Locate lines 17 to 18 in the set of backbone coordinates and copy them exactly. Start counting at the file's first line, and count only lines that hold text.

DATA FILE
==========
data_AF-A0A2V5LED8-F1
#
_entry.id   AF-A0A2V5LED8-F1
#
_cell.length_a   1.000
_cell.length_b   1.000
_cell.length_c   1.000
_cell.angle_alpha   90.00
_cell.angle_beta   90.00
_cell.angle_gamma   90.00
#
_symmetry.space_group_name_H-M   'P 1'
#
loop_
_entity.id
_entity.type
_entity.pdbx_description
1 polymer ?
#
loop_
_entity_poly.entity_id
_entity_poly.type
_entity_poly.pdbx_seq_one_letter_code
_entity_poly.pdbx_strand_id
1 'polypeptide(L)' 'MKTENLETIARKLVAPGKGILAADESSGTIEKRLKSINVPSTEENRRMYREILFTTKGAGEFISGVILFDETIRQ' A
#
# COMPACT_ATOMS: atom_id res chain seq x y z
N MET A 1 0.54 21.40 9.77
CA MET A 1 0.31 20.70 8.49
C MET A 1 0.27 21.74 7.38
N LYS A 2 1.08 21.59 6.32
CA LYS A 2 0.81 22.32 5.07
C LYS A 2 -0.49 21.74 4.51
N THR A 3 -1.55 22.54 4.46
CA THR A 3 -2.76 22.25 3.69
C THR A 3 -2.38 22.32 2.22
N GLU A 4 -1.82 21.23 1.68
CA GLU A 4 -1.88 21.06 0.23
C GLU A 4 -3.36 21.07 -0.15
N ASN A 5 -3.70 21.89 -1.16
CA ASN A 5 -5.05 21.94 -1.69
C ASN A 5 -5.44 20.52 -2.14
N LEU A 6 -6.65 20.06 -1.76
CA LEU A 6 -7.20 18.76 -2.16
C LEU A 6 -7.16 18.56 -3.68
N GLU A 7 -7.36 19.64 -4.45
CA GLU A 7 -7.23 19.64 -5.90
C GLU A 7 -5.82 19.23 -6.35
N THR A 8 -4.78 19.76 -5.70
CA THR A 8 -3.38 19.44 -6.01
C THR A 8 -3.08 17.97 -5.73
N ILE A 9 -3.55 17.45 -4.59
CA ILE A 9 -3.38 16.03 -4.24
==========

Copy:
_entity.pdbx_description
1 polymer ?